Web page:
So, you say, “DUH”, well, that is exactly what I would say if this engine had a normal throttle body set up. It doesn’t. If you are willing to use the kind of throttle cable that it was designed for, something like a motorcycle cable, then, yes, DUH. However, I like the kind of cable that I learned to fly with, in an airplane. That was the friction control push pull cable. However, I really like the capability of the typical mixture control Vernier cables and always wanted to be able to fine tune my throttle setting like that. I have found what I always wanted, a Vernier assist push pull friction control cable. It comes from McFarlane Aviation and I think it is going to be fantastic.
Now the problem. The first cable that I ordered would only work in a flat push pull, no up and down or right and left movement. This is fine on a throttle body with a slide venturi, however, this throttle body linkage has a circular motion and requires that the end of the cable be able to move up and down. So, back to McFarlane and much to my surprise, they had already solved the up and down problem with a different model and it was there all along, I just did not know it. Next, how to install it on the UL350is.
First I had to make some kind of bracket that could be attached to the back of the engine. Apparently, UL realized that many builders would not like their recommended motorcycle cable set up and provided two threaded holes at the top of the case near the starter. So, how do I get a bracket installed there?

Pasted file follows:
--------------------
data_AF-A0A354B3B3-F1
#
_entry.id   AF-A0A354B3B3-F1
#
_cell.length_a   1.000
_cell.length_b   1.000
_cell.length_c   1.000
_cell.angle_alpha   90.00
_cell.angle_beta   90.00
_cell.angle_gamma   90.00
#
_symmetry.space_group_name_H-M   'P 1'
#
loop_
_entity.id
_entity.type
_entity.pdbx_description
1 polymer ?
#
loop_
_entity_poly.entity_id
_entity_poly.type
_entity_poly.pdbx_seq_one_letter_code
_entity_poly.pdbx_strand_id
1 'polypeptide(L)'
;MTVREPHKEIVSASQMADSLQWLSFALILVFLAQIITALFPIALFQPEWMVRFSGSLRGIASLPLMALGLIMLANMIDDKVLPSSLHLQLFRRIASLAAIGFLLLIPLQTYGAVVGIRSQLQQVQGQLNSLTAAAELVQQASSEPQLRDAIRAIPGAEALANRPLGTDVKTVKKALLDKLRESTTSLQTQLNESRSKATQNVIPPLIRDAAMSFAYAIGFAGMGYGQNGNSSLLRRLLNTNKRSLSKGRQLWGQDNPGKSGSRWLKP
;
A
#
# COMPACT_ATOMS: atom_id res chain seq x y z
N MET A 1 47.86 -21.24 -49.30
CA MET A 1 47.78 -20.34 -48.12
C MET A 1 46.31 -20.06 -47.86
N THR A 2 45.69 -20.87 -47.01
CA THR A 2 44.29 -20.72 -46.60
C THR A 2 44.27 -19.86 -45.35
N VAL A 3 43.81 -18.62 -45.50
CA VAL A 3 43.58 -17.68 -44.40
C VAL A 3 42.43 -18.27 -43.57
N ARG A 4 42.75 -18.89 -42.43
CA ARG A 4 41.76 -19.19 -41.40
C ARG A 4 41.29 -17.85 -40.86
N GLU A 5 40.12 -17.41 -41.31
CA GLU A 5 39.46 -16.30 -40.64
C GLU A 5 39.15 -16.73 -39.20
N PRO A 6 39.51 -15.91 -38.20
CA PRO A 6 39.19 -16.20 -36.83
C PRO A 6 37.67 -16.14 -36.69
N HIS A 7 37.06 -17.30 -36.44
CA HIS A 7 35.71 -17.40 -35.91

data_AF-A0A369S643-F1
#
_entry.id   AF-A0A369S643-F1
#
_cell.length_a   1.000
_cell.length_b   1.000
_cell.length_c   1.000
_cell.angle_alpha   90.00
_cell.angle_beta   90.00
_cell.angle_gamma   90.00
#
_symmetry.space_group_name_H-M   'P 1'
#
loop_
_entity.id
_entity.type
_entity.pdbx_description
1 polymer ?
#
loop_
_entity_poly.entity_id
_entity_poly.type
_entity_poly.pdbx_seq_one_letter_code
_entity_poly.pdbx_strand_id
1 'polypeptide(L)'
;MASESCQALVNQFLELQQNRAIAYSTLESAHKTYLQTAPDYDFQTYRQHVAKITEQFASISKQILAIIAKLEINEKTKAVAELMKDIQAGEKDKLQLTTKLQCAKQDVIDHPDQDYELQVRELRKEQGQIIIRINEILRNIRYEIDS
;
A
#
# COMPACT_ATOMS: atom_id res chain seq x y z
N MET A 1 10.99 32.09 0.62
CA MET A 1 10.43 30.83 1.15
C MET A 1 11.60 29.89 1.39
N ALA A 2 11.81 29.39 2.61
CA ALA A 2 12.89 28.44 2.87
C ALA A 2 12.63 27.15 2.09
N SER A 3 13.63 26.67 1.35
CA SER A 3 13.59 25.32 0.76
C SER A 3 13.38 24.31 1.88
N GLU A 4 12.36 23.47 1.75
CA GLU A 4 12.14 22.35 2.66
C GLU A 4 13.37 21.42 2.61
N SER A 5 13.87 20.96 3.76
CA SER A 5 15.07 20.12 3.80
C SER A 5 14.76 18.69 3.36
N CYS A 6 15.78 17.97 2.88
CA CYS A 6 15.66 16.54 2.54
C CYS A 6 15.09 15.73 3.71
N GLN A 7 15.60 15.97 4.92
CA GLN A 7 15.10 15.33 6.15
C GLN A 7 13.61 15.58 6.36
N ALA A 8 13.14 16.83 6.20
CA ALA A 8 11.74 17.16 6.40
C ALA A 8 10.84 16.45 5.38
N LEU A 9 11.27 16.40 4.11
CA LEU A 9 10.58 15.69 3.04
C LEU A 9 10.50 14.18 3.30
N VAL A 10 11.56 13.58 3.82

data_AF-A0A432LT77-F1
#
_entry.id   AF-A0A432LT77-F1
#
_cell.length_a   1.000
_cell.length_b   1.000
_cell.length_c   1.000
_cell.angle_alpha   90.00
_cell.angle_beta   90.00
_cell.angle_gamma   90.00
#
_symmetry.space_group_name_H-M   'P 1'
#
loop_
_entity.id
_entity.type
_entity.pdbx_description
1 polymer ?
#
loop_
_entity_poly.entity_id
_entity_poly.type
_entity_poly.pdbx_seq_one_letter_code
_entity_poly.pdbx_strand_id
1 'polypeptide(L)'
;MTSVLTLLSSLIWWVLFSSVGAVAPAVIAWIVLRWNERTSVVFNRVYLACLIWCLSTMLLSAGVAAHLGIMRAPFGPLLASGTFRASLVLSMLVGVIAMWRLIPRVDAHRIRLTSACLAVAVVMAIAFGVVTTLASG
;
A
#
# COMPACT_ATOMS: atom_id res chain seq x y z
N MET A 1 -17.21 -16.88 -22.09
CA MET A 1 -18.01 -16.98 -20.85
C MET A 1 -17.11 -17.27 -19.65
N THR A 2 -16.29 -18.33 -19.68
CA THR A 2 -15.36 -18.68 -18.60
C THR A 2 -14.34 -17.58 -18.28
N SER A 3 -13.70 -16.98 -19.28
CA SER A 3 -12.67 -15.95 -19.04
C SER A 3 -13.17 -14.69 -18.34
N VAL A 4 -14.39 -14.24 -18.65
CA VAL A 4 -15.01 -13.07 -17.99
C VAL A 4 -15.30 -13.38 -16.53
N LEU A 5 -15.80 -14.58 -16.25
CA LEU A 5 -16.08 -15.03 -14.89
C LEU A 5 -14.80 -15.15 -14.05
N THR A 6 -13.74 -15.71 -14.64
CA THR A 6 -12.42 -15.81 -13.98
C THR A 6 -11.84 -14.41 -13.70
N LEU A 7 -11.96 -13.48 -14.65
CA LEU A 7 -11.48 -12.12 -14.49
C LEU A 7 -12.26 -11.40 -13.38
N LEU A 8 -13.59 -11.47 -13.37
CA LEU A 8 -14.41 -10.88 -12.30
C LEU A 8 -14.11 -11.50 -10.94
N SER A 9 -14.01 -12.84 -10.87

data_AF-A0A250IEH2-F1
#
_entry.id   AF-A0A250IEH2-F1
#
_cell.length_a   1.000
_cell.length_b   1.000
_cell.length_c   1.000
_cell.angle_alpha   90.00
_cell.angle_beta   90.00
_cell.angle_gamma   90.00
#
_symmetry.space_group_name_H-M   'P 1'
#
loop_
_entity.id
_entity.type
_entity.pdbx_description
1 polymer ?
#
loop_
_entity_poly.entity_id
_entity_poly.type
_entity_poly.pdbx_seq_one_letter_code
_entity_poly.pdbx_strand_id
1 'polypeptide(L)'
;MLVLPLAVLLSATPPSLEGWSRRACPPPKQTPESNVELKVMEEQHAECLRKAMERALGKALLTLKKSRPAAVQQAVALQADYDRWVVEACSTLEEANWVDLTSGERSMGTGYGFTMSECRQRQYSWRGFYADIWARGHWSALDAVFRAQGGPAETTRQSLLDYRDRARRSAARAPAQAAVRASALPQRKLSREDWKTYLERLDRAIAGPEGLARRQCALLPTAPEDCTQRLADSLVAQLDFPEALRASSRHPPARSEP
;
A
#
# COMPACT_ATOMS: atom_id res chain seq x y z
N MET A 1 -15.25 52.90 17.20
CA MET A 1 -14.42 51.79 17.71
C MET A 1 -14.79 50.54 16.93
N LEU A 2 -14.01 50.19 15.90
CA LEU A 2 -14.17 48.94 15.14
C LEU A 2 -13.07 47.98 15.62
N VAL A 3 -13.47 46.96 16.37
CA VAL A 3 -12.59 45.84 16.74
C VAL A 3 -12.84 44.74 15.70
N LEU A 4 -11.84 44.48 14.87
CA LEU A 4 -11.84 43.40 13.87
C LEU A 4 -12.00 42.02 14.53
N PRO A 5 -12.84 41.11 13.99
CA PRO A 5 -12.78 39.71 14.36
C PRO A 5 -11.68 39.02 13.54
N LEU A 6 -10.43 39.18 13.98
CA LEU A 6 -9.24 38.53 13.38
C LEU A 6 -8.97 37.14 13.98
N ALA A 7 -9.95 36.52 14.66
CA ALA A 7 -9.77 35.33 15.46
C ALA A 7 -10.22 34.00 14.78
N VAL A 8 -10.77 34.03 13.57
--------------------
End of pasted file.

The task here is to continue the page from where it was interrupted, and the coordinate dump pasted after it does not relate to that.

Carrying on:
Make something that will fit beside and up over the starter. Then figure out how to get the mounting holes in exactly the right place. I clamped it in the place where I need it to be. Then I modified a M6-1.00 Allen cap screw to mark the spots.
Note how it is ground to a point at the tip. I screwed it in enough to insure that I would have a good divot for starting the drilled hole. With the part clamped in with two vice grips, I was able to apply considerable pressure.
Here is the result with good divots so I could get the holes in exactly the right place.
Here it is, screwed into place above and beside the starter. I am using screws long enough to add a stop nut to the other side to guard against these backing out due to engine vibration. The next step involved three other parts, two that I would make and one that I purchased from McFarlane.
This next part is to hold the cable housing that is behind the slot that will keep the housing from moving, and, to provide an area to bolt in the McFarlane part that will insure that the housing will not move. The next few photos show it installed with those parts. They also show that there is a full throw from stop to stop, with no binding.
This shows about half throttle and the one above shows full throttle. The next and last photo shows the bracket from the prop end. That part that is bolted in the center is the part from McFarlane.
Thank you McFarlane.